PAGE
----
“That’s a cheap motivational ploy–you don’t see through that? I’m just having problems with numbers, dates…Because if this is the year sixty million and three, why is next year sixty million and two? Why are we counting backwards–what are we waiting for?” (

First Dinosaurs reference on Snarkmarket… ever? That line is amazing.

If this page can act as a sort of repository for other times, then this brainpickings article on “mind time” is fascinating:

“because we know that memories fade over time, we use the clarity of a memory as a guide to its recency. So if a memory seems unclear we assume it happened longer ago.”

Sounds like the world of SnapChat. Where folks are rebelling against the idea that expressions need to be permanent. That something done in the moment needs to be seen as being correct and righteous based on a future standard.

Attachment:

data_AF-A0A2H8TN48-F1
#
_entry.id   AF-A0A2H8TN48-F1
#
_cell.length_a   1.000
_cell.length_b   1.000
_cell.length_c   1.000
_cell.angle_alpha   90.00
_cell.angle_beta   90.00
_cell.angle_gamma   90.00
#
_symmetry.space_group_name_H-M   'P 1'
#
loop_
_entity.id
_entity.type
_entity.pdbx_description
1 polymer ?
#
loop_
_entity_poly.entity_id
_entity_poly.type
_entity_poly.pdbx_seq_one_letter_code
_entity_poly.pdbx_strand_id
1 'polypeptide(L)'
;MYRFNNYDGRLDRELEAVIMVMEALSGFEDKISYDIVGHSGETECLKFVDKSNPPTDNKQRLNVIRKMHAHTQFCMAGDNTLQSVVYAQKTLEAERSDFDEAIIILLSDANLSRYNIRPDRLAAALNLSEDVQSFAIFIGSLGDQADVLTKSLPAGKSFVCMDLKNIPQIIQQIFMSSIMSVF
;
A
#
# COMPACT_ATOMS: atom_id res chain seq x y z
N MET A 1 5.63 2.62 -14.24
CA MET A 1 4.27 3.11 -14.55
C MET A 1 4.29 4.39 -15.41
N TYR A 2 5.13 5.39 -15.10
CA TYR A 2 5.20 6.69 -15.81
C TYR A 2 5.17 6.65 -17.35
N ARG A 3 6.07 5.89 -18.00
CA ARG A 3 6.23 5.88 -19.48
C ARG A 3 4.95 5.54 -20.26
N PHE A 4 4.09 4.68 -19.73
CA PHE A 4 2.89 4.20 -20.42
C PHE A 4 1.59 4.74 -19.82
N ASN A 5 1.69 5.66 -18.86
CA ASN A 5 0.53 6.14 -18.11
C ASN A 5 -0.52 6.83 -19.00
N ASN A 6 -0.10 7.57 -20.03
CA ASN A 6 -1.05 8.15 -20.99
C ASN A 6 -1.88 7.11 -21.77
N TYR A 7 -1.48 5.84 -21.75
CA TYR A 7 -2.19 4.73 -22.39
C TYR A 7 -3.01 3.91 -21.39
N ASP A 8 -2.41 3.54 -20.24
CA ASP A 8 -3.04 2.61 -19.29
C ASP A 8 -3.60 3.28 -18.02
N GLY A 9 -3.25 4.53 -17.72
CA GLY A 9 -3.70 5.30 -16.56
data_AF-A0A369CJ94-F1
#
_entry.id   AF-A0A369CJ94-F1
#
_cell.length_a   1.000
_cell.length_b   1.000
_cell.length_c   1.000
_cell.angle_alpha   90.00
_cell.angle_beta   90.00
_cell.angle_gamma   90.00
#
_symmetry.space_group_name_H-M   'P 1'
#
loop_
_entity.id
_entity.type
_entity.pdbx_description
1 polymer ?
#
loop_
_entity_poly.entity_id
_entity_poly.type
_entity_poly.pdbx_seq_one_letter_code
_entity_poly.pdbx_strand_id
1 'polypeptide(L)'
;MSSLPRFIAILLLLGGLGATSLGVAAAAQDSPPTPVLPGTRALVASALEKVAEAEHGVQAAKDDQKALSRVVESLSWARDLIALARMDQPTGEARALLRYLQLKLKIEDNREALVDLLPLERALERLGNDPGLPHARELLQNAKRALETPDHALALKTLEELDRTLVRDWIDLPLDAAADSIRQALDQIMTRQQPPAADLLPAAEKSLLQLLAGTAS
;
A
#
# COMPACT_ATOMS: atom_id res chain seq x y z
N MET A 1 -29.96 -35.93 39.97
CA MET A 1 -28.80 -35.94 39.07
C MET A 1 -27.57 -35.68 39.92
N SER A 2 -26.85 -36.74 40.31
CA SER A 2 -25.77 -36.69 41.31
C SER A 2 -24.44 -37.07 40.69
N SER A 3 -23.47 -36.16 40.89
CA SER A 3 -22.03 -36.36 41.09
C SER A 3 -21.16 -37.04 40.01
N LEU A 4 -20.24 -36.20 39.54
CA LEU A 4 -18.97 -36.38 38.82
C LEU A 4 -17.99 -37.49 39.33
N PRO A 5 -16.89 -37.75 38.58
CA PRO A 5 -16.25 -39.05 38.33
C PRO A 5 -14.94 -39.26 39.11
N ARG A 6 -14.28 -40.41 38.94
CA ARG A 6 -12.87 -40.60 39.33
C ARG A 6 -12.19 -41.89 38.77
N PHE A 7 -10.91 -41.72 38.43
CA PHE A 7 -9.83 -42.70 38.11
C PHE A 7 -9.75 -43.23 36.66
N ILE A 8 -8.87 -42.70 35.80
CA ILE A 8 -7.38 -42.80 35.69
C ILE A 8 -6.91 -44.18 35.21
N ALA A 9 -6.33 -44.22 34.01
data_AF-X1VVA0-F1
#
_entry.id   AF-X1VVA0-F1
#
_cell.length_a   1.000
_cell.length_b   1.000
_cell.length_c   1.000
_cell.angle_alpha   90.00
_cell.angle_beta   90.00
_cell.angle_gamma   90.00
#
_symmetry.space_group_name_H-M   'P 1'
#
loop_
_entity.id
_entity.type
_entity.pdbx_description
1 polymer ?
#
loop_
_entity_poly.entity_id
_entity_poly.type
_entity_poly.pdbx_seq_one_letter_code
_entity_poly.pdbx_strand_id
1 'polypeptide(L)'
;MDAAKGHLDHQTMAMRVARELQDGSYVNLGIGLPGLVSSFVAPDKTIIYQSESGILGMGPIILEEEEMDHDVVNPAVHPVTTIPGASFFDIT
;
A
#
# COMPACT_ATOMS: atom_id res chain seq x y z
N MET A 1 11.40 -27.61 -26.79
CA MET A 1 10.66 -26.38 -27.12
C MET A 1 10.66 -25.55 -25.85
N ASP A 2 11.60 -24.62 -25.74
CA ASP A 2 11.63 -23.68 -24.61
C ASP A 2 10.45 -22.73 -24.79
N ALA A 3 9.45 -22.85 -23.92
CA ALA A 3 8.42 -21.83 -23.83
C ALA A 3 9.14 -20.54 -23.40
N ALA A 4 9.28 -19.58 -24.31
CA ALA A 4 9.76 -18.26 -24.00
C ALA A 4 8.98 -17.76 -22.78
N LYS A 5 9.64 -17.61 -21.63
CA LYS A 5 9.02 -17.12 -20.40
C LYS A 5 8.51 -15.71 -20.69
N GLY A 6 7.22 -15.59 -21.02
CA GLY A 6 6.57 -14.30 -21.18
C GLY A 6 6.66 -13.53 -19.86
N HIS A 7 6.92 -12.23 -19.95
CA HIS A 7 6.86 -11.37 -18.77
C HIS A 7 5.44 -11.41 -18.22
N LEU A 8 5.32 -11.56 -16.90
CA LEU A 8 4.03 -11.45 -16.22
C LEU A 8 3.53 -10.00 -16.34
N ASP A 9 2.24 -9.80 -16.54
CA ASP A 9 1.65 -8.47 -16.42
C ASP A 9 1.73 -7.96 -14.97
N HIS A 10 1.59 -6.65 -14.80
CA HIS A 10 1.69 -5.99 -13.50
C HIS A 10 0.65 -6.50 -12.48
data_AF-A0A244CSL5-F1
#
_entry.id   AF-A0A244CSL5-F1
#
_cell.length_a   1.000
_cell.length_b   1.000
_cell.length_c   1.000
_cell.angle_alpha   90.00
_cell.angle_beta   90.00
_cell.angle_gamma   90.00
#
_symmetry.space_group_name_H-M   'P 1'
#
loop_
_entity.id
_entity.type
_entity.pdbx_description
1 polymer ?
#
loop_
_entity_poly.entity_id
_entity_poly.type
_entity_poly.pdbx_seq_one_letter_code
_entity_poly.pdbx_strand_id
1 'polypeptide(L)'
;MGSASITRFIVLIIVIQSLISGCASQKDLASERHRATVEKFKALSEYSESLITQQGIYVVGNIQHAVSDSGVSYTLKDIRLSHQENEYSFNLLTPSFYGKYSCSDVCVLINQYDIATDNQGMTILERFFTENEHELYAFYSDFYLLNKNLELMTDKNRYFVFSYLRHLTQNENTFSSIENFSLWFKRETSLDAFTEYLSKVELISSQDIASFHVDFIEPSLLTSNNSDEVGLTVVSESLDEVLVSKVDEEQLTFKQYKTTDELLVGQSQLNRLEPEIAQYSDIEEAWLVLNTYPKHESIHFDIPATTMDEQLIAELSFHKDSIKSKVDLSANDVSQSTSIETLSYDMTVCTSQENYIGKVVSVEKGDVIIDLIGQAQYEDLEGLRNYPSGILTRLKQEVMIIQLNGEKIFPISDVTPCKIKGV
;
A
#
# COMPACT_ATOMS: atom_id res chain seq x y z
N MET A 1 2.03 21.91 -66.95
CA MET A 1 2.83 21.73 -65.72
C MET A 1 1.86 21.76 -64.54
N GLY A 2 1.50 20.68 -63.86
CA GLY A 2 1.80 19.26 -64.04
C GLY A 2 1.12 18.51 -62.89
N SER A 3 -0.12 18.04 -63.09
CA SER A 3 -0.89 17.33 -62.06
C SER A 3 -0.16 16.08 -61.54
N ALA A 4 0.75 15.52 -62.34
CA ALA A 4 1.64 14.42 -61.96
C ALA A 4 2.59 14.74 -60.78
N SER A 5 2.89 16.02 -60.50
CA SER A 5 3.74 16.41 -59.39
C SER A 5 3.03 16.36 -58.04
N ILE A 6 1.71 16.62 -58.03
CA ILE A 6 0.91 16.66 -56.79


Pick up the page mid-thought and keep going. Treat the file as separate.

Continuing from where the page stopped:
Public writing spaces like Twitter feel like getting a tattoo in your early 20’s. At the moment is a medium that allows you to tell the world, indiscriminately, who you are and what you believe in. But as you age, the tattoo rarely changes in a way that reflects how you’ve grown and changed.

Personally, I went through this a year or so ago, when I decided to yank my old digital journalism musings. One of the more public ones was a rant written in 2000 decrying the waste of money from folks chasing after digital video. The economics weren’t there at the time, and even now web-only video is an odd business model. However, I no longer interested in having my year 2000 self argue with a year 2013 person who uses YouTube daily.

Austin says…